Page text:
The Fact of the Matter: North Korea's ICBM Test Does Not Represent a 'Dangerous Escalation'

The Fact of the Matter: North Korea's ICBM Test Does Not Represent a 'Dangerous Escalation'

Editor's Note: The Fact of the Matter is an ongoing series that highlights — and corrects — common misconceptions in conventional wisdom. Contributions to this series are from experts at the nonpartisan Stimson Center.

By Jacqueline Kempfer

The Common Misconception

North Korea’s recent launch of an ICBM is a watershed moment that marks a new era in the global response to its nuclear weapon’s program:

CNN: “US policy towards North Korea has entered an unpredictable new era”
Washington Post: “North Korea’s missile was a ‘real ICBM’ — and a grave milestone”
Wall Street Journal: “North Korea’s launch of its first ballistic missile that it claimed could reach the continental U.S. raised the stakes for Washington…”
New York Times: “...described by the United States as a “dangerous escalation” in what has become a crisis for the Trump administration.”

The Fact of the Matter

The test — while alarming — does not represent a ‘dangerous escalation.’ And talk that the test represents a ‘grave milestone’ is hyperbole. While clearly making progress, there is no evidence as yet that North Korea has the technological capability to ‘miniaturize’ and deliver a nuclear warhead via an ICBM.

Additional Background

The closed nature of the North Korean regime always impedes the ability of analysts to gather details about its missile tests. Without direct observation, we only know what we can glean from the murky view that is available. Often, it is the lack of evidence that reveals the most. There is no evidence that North Korea possesses a nuclear warhead small enough for delivery by an ICBM. Even if it did have this capability, there is no evidence that North Korea has tested a reentry vehicle capable of delivering the warhead to its intended target.[1] Both developments are necessary for a targeted nuclear attack on the United States. North Korea could already potentially reach parts of Hawaii and U.S. bases and allies in the Pacific, including the tens of thousands of U.S. military personnel and their families stationed in the region. But current North Korean capabilities would only support an untargeted attack.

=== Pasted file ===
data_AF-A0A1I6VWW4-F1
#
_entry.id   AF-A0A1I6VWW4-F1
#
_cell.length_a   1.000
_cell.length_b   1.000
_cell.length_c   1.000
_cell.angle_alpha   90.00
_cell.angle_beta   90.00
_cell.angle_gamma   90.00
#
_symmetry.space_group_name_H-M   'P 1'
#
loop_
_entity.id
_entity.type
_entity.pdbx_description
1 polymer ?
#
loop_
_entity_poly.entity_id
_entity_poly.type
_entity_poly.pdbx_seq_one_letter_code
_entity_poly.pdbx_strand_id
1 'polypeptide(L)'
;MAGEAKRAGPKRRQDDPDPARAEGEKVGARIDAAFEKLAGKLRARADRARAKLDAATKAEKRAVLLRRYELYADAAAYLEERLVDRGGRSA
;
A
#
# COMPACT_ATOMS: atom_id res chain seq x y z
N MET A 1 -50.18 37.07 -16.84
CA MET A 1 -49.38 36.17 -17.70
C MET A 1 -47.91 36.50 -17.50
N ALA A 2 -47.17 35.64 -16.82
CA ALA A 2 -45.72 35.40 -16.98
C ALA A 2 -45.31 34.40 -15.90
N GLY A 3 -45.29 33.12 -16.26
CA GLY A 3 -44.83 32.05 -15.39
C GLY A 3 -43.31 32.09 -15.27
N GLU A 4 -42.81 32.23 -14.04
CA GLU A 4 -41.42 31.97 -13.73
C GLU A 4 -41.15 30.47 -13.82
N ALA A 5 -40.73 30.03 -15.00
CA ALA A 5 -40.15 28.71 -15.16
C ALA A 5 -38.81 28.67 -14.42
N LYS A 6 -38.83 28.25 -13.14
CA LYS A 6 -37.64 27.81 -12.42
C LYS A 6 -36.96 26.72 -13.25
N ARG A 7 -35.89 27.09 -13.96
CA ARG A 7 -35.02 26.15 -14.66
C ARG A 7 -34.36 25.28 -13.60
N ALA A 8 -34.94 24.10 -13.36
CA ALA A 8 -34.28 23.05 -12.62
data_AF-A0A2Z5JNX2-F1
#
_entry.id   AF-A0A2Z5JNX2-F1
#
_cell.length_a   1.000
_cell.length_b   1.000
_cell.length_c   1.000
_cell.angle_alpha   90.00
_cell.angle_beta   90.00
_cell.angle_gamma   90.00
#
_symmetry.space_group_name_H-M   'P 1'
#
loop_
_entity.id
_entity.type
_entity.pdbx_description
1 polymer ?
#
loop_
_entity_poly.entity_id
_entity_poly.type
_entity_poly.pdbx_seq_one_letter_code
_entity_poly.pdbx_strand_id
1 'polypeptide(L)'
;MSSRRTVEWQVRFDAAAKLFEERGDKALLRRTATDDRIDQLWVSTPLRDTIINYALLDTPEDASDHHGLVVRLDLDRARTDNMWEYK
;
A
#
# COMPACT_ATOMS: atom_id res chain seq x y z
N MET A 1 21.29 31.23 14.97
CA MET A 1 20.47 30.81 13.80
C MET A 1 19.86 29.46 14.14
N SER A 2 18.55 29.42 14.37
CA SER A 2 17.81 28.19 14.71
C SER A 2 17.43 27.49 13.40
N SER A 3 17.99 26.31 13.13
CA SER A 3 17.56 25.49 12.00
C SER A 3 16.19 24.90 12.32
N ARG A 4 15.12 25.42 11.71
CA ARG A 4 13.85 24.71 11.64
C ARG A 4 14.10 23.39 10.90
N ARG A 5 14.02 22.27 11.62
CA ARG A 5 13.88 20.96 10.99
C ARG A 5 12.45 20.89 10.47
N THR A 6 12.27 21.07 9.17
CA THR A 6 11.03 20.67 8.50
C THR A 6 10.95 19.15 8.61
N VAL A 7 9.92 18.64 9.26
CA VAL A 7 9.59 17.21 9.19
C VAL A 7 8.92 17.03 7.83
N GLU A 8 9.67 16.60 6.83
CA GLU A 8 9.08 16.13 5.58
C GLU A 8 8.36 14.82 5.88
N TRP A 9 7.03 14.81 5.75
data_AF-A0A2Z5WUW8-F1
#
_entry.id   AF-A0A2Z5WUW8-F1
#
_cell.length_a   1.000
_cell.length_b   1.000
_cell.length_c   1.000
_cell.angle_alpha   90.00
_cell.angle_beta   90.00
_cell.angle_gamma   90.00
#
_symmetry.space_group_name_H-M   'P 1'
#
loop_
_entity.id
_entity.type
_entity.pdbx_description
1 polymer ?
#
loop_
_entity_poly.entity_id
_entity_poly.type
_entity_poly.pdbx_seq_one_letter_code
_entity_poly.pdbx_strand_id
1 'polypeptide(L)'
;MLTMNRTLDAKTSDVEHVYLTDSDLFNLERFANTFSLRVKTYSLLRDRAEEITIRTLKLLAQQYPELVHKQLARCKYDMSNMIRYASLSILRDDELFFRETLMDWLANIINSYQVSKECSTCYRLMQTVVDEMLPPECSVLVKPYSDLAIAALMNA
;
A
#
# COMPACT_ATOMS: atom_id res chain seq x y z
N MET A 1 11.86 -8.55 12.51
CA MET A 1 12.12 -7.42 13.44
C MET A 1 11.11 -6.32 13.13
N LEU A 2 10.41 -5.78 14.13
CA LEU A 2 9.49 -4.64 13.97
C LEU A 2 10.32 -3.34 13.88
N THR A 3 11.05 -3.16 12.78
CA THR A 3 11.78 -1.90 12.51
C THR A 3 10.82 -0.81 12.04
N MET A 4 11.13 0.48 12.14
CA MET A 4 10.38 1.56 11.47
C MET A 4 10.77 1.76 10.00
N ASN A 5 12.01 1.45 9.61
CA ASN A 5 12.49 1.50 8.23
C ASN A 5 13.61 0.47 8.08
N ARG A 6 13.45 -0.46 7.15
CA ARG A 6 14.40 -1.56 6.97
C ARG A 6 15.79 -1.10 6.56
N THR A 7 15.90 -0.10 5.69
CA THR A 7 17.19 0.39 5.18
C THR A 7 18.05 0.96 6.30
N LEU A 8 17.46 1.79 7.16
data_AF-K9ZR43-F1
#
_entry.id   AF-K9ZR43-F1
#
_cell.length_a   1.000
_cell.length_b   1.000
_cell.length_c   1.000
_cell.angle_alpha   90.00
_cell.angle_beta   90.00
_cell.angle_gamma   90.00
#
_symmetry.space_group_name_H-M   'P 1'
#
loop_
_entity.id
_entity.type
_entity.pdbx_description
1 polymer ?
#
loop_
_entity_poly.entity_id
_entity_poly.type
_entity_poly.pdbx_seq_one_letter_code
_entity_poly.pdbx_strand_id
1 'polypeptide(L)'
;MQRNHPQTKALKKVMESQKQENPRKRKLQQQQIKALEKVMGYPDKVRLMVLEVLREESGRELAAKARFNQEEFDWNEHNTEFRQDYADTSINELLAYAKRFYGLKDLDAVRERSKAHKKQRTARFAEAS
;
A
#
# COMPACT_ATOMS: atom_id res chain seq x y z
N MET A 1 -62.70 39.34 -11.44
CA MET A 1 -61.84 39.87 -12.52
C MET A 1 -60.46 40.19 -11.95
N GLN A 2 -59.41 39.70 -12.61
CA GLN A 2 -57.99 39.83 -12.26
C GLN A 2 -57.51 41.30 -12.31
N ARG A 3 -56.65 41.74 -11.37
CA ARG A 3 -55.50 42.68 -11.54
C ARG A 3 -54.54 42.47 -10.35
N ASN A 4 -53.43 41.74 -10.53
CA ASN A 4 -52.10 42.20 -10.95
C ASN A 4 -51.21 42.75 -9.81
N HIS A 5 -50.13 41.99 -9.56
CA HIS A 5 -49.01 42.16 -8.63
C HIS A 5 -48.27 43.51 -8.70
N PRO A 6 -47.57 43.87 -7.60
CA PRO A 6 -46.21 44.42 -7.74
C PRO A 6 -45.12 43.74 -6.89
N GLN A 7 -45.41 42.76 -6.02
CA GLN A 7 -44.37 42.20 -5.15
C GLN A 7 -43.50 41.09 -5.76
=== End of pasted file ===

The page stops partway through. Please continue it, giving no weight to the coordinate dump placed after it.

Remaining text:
North Korea has conducted five nuclear weapons tests since 2006, and has test launched 17 missiles in 2017 alone.[2] This test is the latest, demonstrating a new capability, but not a capability that fundamentally changes the balance of power in the region or the ability of North Korea to deliver an ICBM. The current status of the North Korean ICBM can be likened to a puzzle that is short a few key pieces. You can almost make out the final product, but it’s still incomplete. The moment the puzzle is complete, and the image becomes clear, this is the milestone that will mark a new era.

_____
Jacqueline Kempfer is a Research Assistant with the WMD, Nonproliferation, and Security program at the nonpartisan Stimson Center.


[1] Drollette, Dan. “North Korea’s Latest Missile Test.” Bulletin of the Atomic Scientists. July 5, 2017: http://thebulletin.org/north-koreas-latest-missile-test10884; Sang-Hun, Choe. “U.S. Confirms North Korea Fired Intercontinental Ballistic Missile.” New York Times. July 4, 2017: https://www.nytimes.com/2017/07/04/world/asia/north-korea-missile-test-icbm.html.

[2] Arms Control Association. Chronology of U.S.-North Korean Nuclear and Missile Diplomacy: https://www.armscontrol.org/factsheets/dprkchron; Nuclear Threat Initiative. North Korea Missile Overview. http://www.nti.org/learn/countries/north-korea/delivery-systems/. http://www.nti.org/learn/countries/north-korea/delivery-systems/.

 

Photo credit (Stephan)